OBJECTIVE: The present investigation used data from the Verona Diabetes Study to verify a main assumption of the capture-recapture method (source independence) and to characterize the subgroup of known diabetic patients missed by all sources whose number is estimated by the capture-recapture method. RESEARCH DESIGN AND METHODS: The Verona Diabetes Study identified 7,148 type 2 diabetic patients on 31 December 1986 using 3 different sources: family physicians, a diabetes center, and a drug prescription database. Completeness of ascertainment was estimated with traditional methods based on the hypergeometric distribution and with a log-linear model. RESULTS: Identification sources were not independent because the drug prescription database was positively related to family physicians and negatively related to the diabetes center (P < 0.001). Thus, completeness of ascertainment was overestimated (87.5% [95% CI 86.3-88.8]) when using only family physicians and the drug prescription database and underestimated (45.9% [43.9-48.1]) when using only the diabetes center and the drug prescription database. Because of characteristics contributing to variable "catchability" (probability of ascertainment), the estimated proportion of ascertainment increased with increasing time since diagnosis from 65.6% in the first tertile (<6 years) to 91.5% in the third tertile (>12 years); moreover, the ascertainment was estimated to be nearly complete (97.9%) for insulin-treated patients and scanty (28.9%) for diet-treated patients. CONCLUSIONS: Because identification sources are likely to be dependent, the capture-recapture method should be used with caution in diabetes epidemiology and possibly when at least 3 sources are available. The subgroup of diabetic patients whose existence is inferred by this technique likely consists of newly diagnosed patients with mild disease severity.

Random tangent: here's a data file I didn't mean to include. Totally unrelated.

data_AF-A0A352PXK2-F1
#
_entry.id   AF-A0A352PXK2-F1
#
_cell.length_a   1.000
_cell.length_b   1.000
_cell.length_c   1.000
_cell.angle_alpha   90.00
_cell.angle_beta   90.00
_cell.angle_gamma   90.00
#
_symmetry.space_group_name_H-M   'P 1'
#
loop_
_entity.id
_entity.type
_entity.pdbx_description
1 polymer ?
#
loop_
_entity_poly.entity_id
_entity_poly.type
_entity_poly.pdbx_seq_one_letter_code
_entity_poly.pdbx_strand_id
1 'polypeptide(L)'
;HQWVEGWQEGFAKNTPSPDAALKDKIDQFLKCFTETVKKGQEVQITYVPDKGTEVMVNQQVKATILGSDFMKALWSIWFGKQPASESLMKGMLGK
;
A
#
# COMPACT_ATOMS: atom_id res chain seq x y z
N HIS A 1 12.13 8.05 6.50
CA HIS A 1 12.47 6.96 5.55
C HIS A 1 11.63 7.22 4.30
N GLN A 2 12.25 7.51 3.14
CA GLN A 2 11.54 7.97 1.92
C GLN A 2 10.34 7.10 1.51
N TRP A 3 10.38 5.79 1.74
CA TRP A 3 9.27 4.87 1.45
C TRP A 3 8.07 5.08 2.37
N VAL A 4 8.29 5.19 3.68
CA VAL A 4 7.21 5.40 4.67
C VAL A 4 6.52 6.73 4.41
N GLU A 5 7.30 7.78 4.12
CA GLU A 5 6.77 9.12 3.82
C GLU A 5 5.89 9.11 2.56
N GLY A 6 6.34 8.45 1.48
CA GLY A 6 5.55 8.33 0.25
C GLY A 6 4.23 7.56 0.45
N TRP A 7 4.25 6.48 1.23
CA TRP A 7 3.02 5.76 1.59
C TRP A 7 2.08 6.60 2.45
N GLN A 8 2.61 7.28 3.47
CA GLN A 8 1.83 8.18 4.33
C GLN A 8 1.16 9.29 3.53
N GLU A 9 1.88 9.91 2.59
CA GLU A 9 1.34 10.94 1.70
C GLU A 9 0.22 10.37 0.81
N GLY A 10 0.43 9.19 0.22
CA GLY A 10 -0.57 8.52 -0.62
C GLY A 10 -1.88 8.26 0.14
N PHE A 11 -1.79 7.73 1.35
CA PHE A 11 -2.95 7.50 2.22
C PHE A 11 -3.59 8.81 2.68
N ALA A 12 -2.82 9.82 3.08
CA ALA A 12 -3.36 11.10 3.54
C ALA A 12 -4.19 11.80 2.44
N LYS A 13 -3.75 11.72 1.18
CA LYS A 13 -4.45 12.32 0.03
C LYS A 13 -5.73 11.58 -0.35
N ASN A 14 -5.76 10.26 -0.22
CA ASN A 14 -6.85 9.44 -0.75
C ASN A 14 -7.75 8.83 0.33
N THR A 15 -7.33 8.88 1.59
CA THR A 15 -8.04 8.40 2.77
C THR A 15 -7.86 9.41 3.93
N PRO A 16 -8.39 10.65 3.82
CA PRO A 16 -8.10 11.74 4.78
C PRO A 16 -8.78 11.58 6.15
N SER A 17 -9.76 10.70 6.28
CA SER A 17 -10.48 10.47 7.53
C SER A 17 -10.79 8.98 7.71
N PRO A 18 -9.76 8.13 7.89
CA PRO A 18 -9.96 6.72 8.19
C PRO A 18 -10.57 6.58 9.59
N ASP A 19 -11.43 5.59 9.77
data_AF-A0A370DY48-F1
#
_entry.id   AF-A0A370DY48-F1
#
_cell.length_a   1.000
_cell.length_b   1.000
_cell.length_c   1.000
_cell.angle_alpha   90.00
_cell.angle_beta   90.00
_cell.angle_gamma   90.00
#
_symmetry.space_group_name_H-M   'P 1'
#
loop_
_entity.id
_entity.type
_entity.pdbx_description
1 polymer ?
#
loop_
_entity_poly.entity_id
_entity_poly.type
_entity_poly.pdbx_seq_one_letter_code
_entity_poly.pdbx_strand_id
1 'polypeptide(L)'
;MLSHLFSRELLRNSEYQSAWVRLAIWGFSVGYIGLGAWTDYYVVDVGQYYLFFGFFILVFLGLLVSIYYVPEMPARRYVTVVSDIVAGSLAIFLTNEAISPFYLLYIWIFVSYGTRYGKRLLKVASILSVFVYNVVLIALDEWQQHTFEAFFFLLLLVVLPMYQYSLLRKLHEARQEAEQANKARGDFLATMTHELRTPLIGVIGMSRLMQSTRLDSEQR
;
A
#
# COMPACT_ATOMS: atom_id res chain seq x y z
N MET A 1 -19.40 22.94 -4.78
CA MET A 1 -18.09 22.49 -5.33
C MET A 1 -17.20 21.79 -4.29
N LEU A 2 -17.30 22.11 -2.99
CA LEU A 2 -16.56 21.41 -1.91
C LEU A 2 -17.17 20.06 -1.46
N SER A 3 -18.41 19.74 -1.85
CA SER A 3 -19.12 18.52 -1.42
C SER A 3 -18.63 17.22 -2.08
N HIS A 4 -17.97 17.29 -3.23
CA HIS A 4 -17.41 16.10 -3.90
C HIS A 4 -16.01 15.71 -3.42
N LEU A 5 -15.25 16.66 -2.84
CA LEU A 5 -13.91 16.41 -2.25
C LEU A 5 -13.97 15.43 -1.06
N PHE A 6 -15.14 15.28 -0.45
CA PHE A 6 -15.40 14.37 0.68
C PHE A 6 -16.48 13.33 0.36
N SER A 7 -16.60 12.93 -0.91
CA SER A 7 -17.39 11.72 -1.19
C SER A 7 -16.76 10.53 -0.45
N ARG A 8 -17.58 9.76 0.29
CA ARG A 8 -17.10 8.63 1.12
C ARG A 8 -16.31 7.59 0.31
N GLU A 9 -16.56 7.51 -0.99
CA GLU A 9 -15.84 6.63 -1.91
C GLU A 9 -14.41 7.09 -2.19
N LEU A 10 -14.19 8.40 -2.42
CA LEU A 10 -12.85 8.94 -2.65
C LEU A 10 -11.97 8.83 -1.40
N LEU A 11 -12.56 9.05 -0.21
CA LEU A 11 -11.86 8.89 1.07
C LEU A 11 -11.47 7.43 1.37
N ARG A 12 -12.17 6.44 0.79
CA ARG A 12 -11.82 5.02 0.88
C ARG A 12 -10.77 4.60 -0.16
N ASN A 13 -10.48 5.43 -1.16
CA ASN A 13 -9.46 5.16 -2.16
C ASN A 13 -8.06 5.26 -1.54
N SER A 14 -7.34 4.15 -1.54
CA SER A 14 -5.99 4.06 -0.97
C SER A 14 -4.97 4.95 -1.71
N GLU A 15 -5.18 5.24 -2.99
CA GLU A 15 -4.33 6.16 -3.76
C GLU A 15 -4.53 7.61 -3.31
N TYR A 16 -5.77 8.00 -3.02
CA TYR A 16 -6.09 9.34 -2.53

This content is only available via PDF.